In this Sundance award-winning documentary, high-tech China clashes with working-class America when a Chinese billionaire repurposes a defunct GM plant in Dayton, Ohio, and hires 2,000 blue-collar workers, only for the two sides to struggle finding common ground.
After earning an Oscar® nod for their short The Last Truck (2009), about the closing days of a General Motors plant in Ohio, filmmakers Steven Bognar and Julia Reichert returned to Dayton to see what filled the vacuum. The new would-be savior is Fuyao Glass America, a Chinese windshield manufacturer that rehired about two-thirds of the 3,000 workers laid off by GM. However, the inclusion of hundreds of Chinese workers that Fuyao flew in to mix with the grateful Ohioans ends up becoming a source of great tension. While the Chinese managers bring their own prejudices about "lazy," error-prone Americans who dare to question their superiors, the locals are baffled by the messianic nature of the Fuyao work culture. Shot in an immersive cinema-verite style, American Factory reveals the absurd everyday conflicts that prevent the workers from cohering—from the CEO's micromanagement of line workers to the broadcasting of socialist work songs intended to motivate the uncomprehending Americans. Soon the word "union" is mentioned, throwing the whole operation into existential worry. Bognar and Reichert wisely refuse to cast either side as villain or hero, choosing instead to portray the workers as a group of confused test subjects in what may be a half-amusing, half-infuriating portent for a China-centric 21st century.
Steven Bognar is an Oscar®-nominated, Emmy-winning documentary director and producer. His films Personal Belongings, Picture Day, and Gravel all premiered at the Sundance Film Festival. Bognar's films are often concerned with the Midwest and rank-and-file citizens grappling with questions of agency. A regular collaborator with Julia Reichert, Bognar also joined forces on The Last Truck: The Closing of a GM Plant, and their work has been featured on the PBS series "Independent Lens."
Coming of age in 1960s New Jersey, Julia Riechert entered documentary filmmaking with Growing Up Female (1971), a pioneering work in the Women's Liberation Movement that's been entered into the National Film Registry. Union Maids (1977), Seeing Red: Stories of American Communists (1984), and The Last Truck: The Closing of a GM Plant (2010) all received Oscar® nominations as well. Riechert is the 2019 recipient of the IDA Career Achievement Award, having documented working-class and women's stories as a director, writer, and producer for nearly fifty years.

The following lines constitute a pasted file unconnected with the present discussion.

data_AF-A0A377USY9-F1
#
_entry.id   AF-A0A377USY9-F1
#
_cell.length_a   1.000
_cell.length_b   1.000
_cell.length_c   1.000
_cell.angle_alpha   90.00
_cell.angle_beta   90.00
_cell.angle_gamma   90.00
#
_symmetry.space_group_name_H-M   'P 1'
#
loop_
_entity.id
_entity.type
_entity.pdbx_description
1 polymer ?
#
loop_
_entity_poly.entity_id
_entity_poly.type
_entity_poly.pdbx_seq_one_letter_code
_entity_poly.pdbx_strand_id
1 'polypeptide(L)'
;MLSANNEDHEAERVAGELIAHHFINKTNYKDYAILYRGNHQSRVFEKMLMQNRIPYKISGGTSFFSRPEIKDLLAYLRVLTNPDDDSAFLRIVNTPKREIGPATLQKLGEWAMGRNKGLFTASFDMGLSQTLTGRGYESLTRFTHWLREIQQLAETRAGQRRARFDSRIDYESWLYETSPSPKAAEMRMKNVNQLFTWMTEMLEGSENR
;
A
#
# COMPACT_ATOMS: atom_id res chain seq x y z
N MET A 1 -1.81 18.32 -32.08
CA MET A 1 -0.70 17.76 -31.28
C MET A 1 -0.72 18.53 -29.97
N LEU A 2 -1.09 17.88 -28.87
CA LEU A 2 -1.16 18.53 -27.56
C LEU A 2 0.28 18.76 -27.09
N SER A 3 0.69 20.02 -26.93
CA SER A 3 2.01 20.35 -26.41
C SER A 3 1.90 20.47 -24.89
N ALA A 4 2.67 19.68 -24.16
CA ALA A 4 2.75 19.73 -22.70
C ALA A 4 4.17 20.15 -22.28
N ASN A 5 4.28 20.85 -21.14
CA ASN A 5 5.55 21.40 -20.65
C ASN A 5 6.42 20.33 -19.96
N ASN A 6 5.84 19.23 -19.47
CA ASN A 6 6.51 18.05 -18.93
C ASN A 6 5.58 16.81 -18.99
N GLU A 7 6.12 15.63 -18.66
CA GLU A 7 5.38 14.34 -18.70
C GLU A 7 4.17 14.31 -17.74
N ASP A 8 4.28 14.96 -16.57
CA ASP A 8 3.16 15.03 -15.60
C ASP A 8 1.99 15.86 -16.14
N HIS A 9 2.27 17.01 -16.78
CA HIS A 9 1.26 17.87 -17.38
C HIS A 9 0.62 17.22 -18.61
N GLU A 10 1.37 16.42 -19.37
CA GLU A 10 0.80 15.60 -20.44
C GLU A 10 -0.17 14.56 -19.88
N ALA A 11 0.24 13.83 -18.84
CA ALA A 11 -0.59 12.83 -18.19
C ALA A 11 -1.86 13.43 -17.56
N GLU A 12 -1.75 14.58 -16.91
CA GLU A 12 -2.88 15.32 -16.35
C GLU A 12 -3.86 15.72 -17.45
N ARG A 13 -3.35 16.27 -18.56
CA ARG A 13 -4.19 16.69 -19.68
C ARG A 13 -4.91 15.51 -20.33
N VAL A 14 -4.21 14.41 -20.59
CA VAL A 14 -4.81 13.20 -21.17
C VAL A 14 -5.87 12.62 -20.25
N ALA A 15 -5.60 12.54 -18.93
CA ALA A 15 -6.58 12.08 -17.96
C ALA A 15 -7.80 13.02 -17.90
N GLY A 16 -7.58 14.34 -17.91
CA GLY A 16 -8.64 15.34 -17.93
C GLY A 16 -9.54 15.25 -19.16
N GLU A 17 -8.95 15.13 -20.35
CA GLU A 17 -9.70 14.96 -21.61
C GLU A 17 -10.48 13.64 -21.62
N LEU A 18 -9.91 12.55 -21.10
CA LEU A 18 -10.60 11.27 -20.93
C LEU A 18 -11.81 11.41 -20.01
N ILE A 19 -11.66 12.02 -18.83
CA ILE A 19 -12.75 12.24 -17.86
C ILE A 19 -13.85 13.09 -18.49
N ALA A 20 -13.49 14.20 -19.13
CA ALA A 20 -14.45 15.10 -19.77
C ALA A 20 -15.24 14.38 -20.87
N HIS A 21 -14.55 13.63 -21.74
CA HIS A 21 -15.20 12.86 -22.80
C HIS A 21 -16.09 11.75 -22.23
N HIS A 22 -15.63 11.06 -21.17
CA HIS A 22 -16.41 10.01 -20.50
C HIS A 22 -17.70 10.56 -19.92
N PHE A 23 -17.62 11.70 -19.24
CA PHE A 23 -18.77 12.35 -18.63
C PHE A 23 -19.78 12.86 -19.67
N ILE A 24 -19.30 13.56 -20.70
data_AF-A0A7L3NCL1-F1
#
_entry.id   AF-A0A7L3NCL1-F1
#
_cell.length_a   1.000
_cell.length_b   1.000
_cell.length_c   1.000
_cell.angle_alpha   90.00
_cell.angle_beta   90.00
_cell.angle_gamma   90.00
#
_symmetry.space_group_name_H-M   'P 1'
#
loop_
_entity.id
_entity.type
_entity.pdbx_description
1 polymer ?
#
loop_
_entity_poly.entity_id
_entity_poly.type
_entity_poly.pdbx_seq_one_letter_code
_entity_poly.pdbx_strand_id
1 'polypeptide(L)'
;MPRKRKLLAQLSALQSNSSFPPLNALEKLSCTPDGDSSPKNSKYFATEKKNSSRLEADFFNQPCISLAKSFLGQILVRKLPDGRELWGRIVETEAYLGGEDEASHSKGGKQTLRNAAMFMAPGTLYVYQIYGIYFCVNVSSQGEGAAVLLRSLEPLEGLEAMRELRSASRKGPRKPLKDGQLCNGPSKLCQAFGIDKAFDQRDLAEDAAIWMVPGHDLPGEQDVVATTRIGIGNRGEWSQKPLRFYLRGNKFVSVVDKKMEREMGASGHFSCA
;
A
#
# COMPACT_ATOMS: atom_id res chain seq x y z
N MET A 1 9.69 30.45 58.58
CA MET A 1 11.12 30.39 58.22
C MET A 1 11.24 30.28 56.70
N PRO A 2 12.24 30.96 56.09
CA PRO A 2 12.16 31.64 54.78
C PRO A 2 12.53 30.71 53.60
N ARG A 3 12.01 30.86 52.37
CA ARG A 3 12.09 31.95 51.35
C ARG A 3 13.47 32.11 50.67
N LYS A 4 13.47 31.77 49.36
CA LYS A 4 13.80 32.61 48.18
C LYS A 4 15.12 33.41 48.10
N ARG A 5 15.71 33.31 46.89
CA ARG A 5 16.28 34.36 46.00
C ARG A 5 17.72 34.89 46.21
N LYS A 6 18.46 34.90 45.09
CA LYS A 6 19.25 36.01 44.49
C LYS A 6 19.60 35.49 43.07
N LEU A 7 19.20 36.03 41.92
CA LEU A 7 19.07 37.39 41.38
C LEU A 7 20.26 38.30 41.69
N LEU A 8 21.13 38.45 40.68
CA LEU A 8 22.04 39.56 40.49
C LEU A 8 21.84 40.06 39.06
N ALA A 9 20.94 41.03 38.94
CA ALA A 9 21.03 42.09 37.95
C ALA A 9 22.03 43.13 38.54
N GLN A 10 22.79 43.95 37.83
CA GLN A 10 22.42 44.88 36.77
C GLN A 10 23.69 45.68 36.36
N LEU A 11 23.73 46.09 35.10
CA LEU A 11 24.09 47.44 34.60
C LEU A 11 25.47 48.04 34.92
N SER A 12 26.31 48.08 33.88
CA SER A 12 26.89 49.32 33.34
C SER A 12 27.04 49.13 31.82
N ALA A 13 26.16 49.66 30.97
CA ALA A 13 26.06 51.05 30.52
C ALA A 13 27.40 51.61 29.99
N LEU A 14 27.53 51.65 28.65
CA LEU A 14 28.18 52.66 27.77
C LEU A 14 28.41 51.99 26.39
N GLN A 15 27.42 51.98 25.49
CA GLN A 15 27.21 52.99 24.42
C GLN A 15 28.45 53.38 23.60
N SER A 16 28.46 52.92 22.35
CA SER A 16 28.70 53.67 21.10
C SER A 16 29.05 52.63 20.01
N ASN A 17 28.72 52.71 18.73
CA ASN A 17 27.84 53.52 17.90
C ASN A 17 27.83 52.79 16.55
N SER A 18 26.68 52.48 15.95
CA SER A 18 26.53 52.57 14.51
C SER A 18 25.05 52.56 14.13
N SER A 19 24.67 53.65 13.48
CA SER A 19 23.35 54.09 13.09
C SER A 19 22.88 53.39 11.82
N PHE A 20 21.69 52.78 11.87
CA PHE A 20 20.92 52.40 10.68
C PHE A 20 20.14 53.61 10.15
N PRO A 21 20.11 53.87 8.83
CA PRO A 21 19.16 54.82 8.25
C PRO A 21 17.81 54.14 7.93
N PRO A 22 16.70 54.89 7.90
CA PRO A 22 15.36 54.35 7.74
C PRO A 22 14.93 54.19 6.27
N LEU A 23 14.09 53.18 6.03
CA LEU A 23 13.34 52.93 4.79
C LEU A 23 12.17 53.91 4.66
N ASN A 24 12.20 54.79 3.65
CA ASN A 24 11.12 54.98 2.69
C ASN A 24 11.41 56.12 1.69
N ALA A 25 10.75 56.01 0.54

Sponsored by Puget Systems, Joleen Hughes, founder of the Hughes Media Law Group
- Director: Steven Bognar, Julia Reichert
- Country: USA
- Year: 2019
- Running Time: 114 minutes
- Producer: Steven Bognar, Julia Reichert, Jeff Reichert, Julie Parker Benello
- Cinematographers: Steven Bognar, Aubrey Keith, Jeff Reichert, Julia Reichert, Erick Stoll
- Editors: Lindsay Utz
- Music: Chad Cannon
- Website: Official Film Website
- Awards: Sundance Film Festival 2019 (US Documentary Directing Award)
- Filmography: Steven Bognar: Making Morning Star (Doc., 2015); A Lion in the House (Doc., 2006); Personal Belongings (Doc., 1996) | Julia Reichert: Making Morning Star (Doc., 2015); A Lion in the House (2006); Seeing Red: Stories of American Communists (Doc., 1983); Union Maids (Doc., 1977); Methadone: An American Way of Dealing (Doc., 1974); Growing Up Female (Doc., 1971)
- Language: English
- Format: DCP
- US Distributor: Netflix
- International Sales: Dogwoof